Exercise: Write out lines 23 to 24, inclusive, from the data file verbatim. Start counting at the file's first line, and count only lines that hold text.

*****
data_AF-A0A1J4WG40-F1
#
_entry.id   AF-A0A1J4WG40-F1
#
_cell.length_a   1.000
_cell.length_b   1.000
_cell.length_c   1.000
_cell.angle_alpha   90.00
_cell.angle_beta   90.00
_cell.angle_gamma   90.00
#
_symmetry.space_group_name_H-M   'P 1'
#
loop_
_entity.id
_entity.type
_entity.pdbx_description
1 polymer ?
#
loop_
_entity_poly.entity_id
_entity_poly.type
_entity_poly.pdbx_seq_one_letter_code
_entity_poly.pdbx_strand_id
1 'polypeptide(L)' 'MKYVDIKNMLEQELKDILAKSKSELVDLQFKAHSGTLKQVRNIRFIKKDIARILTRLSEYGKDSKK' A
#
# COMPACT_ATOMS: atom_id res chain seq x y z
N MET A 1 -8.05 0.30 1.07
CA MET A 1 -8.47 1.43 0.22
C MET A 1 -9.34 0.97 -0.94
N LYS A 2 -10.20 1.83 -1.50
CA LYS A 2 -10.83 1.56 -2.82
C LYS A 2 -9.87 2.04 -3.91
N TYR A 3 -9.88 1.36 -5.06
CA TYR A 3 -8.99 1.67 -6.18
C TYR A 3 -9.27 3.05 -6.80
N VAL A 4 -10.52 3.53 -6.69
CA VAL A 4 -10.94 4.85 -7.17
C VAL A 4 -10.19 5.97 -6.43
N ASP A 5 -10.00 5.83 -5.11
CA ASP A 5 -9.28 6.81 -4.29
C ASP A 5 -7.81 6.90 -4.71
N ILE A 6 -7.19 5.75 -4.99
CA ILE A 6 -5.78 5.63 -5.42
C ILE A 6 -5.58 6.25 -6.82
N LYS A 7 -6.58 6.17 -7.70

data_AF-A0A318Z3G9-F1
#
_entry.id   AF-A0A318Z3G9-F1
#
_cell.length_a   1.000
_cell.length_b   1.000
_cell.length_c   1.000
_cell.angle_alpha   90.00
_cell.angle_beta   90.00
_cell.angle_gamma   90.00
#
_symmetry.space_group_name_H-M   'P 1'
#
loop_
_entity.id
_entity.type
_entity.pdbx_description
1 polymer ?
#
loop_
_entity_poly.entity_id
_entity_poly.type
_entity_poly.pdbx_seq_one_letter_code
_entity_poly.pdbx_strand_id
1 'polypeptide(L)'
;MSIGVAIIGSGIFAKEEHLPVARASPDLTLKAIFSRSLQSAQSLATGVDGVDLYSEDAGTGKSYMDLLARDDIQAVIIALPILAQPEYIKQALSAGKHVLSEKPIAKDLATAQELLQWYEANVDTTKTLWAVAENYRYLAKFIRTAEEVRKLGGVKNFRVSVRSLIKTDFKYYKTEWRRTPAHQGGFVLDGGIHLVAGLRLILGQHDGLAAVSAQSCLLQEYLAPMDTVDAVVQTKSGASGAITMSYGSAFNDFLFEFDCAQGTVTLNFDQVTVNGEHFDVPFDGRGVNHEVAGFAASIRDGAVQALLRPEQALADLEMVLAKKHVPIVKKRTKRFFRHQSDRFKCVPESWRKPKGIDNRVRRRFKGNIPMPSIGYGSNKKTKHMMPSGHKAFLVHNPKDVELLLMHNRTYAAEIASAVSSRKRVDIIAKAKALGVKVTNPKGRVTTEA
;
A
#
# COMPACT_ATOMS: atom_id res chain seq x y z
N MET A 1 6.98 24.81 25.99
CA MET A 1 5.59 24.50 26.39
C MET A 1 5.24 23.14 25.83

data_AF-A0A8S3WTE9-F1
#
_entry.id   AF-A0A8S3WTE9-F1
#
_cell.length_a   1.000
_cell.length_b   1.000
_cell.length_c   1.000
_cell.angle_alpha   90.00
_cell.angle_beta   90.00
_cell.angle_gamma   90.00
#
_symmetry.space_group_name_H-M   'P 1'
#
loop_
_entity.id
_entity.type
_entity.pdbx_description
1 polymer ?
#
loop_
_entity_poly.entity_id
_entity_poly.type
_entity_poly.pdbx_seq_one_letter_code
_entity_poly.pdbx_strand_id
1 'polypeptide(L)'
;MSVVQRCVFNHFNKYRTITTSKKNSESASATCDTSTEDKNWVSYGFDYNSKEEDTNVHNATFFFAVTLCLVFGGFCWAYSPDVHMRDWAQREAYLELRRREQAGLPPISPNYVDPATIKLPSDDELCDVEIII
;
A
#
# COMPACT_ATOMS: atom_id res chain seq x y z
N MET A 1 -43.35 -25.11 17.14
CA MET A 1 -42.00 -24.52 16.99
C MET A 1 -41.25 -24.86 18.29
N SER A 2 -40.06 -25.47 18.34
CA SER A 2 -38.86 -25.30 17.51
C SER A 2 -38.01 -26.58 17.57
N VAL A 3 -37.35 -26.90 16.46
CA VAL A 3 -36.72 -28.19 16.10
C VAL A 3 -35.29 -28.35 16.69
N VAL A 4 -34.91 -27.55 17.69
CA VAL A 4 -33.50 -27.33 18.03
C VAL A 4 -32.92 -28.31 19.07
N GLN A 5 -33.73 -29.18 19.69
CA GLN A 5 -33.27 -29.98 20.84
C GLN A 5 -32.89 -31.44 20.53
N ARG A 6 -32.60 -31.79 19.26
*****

_entity_poly.pdbx_seq_one_letter_code
_entity_poly.pdbx_strand_id